“Out of the Past” is a unique noir because it has several phases. Most characters oscillate between being good and bad. Kathie appears to be a damsel in distress at the beginning, but her real nature is revealed when she leaves Jeff holding the bag and resumes her destructive relationship with Whit. The rivalry between Jeff and Whit is palpable (as there was some harmless tension between Mitchum and Douglas), yet what unites them in the end is their deep hatred of Kathie. 

Kathie’s femininity as well as her standing as a woman caught between two men is entirely rejected. Her femme fatale image loses its potency as the film progresses because of Jeff and Whit. They are disgusted by her, and in two separate scenes, Jeff and Whit make sure to tell her what they really think of her, despite the fact that 10 years ago, Whit has “left his feelings somewhere” and doesn’t know where. 

Instead of inducing a magic, erotic spell, she produces a geyser of anger from both men. “Boy, you really know how to turn it on and off, Kathie,” says Jeff. Whit calls her a “phony,” and with a brute swiftness, he slaps her across the face. In many ways, this is reminiscent of Raymond Chandler’s private detective in The Big Sleep, Philip Marlowe, in which he callously throws out the femme fatale out of his living quarters (“I’ll give you three minutes to get dressed and get out of here. If you’re not out by then, I’ll throw you out—by force. Just the way you are, naked. And I’ll throw your clothes after you into the hall. Now get started.”). 

In a strange way, it is the femme fatales who end up being cast aside in many noir films, and this is certainly true in “Out of the Past.” The women are reminders to men to preserve their masculinity, yet this female erotic nuisance is also what propels their manliness. Without it, both Jeff and Whit cannot exist in their form, which is why Jeff is an entirely different man in the company of kind-hearted Ann. He is split, and no matter how hard he tries, he cannot escape his past. When Kathie pleads with Jeff that she doesn’t want to die, Jeff coldly replies, “Neither do I, baby, but if I do, I want to die last.”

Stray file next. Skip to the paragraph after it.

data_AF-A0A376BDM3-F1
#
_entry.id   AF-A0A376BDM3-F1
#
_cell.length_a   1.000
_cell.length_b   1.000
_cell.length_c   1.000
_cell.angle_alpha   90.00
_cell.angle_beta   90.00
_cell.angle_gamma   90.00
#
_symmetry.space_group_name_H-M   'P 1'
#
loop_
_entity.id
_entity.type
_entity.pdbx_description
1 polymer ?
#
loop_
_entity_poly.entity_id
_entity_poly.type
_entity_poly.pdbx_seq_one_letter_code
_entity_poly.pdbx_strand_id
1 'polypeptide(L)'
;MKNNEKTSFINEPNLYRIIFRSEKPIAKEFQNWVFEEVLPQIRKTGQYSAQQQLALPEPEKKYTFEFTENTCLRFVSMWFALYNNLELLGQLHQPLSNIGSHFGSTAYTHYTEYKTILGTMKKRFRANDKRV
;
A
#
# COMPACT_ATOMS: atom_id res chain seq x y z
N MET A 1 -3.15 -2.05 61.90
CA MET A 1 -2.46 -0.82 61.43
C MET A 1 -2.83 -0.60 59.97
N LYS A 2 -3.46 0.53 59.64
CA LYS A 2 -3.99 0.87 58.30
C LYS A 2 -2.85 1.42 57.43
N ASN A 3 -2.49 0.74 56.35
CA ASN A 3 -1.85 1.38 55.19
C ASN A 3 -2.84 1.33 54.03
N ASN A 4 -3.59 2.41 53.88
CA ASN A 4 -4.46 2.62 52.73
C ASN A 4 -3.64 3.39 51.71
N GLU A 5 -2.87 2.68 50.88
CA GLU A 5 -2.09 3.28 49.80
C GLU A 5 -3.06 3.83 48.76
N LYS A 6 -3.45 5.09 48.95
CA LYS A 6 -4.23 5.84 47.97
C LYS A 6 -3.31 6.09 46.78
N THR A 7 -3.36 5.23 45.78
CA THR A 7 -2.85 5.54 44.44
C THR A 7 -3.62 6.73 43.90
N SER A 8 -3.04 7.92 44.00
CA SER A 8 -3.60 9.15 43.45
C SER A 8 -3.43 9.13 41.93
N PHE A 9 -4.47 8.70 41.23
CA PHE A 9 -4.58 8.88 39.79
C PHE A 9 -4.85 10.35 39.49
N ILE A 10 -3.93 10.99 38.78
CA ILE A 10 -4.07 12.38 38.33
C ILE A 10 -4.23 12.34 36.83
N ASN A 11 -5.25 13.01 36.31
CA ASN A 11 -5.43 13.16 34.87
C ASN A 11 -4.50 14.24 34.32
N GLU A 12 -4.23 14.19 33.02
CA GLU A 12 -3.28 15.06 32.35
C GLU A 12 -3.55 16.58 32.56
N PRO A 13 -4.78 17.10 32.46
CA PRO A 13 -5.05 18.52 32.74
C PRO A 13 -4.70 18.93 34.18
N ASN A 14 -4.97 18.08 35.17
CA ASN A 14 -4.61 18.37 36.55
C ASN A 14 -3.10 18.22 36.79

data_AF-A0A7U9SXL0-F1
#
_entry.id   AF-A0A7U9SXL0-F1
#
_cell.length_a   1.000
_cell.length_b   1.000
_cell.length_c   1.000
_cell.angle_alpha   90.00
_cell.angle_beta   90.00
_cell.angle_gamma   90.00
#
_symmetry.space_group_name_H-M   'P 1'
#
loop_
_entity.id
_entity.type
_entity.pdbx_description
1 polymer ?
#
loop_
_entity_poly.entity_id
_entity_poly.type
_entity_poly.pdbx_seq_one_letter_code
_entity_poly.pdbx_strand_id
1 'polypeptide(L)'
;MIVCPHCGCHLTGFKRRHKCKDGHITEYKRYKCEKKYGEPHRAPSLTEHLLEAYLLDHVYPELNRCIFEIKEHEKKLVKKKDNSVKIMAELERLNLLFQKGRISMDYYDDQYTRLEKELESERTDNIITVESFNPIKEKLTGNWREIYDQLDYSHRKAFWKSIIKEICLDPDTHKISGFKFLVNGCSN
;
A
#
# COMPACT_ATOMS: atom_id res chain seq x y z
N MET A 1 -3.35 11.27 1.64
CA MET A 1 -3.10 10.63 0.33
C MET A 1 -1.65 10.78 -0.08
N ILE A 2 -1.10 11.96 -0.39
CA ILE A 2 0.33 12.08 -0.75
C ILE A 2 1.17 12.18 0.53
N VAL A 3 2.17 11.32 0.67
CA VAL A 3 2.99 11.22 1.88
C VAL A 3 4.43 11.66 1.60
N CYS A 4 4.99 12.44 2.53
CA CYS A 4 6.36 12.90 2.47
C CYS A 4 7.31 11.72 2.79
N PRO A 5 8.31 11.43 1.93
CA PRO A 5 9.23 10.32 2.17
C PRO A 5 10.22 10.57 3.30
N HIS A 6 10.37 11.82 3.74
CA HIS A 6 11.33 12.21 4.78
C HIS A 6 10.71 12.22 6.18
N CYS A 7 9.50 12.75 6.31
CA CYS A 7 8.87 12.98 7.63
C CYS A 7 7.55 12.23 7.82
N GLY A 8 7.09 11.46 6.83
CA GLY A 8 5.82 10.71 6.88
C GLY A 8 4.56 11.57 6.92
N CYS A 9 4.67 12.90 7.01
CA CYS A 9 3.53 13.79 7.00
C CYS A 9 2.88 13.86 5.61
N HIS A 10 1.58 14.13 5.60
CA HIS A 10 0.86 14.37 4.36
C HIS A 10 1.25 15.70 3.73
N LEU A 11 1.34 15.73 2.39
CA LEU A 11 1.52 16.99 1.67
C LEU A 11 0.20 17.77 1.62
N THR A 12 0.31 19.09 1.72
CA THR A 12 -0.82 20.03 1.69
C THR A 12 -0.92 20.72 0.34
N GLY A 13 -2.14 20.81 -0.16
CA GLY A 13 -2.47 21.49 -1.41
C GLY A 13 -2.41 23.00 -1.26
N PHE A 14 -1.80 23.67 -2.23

Mitchum’s Jeff isn’t just a masculine brute who some women, rather heedlessly, might find attractive. He’s a man who is completely aware of good and evil, and ambivalence is not an option for a man like him. His sense of being a lost boy who needs to be tended to, a strong man always on the verge of releasing vulnerability—but never truly and fully—is what makes Mitchum’s screen presence so intense and hypnotic. He is always in control, even if he is smitten by Kathie or loved by Ann. It is Mitchum’s intoxicating masculinity that brings us into the fold. He loves you kindly and passionately, all the while he doesn’t give a damn. He can be a lover or an ascetic. He can take you or leave you, but the imprint will last forever. 

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About Emina Melonic

Emina Melonic is an adjunct fellow of the Center for American Greatness. Originally from Bosnia, a survivor of the Bosnian war and its aftermath of refugee camps, she immigrated to the United States in 1996 and became an American citizen in 2003. She has a Ph.D. in comparative literature. Her writings have appeared in National Review, The Imaginative Conservative, New English Review, The New Criterion, Law and Liberty, The University Bookman, Claremont Review of Books, The American Mind, and Splice Today. She lives near Buffalo, N.Y.

Photo: Robert Mitchum in 'Out Of The Past', 1947. (Photo by RKO Radio Pictures/Getty Images)